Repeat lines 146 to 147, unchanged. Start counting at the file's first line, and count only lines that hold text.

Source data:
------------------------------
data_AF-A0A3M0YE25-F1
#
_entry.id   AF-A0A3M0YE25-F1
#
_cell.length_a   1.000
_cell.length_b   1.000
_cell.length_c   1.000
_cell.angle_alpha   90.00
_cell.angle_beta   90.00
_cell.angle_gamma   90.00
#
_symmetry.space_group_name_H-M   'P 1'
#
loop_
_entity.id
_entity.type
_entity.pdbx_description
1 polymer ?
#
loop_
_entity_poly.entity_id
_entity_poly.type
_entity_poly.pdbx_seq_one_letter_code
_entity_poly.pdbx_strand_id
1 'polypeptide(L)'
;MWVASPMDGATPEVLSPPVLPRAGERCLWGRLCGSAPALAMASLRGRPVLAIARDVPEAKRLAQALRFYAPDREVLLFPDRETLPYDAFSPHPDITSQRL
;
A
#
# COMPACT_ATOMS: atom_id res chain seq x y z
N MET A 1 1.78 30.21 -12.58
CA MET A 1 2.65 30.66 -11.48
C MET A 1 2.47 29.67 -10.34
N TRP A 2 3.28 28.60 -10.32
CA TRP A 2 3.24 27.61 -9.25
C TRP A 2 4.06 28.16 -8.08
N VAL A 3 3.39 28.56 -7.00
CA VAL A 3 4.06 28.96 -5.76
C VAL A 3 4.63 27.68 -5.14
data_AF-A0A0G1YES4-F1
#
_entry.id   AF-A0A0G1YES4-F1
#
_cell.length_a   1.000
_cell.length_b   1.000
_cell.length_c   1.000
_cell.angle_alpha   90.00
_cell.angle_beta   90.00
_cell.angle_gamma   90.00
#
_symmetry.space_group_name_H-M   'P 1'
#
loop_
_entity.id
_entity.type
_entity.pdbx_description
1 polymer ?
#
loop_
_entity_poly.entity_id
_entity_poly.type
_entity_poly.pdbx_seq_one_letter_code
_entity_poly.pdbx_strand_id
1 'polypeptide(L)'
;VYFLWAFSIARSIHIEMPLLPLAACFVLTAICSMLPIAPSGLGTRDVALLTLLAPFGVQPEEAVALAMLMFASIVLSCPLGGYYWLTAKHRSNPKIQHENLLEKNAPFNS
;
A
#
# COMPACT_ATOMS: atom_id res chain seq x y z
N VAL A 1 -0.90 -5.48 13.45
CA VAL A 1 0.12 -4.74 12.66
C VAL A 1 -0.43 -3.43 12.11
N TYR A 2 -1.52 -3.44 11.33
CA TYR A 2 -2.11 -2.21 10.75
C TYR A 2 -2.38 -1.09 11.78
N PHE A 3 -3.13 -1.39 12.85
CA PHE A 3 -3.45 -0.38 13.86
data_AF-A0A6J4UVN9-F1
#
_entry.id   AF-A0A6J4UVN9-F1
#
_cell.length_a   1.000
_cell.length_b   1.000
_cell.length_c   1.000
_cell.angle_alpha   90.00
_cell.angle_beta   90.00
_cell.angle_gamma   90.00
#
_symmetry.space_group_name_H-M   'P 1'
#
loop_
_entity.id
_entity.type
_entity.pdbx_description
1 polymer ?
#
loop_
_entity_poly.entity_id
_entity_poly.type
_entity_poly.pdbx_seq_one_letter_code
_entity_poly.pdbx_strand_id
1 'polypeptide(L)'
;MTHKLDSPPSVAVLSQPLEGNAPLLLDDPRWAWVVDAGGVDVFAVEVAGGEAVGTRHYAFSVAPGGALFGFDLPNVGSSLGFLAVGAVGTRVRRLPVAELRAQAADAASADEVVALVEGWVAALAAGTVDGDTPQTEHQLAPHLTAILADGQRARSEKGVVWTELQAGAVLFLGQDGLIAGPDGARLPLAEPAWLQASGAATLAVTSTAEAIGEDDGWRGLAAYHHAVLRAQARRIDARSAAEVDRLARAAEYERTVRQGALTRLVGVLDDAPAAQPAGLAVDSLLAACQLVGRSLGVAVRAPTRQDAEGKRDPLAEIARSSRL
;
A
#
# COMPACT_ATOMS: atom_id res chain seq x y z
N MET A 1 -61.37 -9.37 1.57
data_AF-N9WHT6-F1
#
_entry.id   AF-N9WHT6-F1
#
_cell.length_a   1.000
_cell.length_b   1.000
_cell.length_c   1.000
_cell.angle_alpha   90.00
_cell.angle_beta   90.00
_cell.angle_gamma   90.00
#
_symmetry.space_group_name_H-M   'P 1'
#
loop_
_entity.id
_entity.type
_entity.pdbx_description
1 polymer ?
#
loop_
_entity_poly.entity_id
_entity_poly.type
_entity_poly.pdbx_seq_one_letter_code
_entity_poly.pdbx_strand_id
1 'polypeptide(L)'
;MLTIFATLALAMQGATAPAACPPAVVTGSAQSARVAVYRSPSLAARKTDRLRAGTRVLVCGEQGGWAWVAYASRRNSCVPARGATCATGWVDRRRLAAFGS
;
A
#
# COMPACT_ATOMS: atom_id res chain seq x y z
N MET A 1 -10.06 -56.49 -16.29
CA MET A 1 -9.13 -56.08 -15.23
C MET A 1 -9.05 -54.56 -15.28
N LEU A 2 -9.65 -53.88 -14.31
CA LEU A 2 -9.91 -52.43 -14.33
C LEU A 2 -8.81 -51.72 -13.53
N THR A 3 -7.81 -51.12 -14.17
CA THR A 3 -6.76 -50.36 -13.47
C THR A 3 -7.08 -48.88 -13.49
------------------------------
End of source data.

CA THR A 3 -6.76 -50.36 -13.47
C THR A 3 -7.08 -48.88 -13.49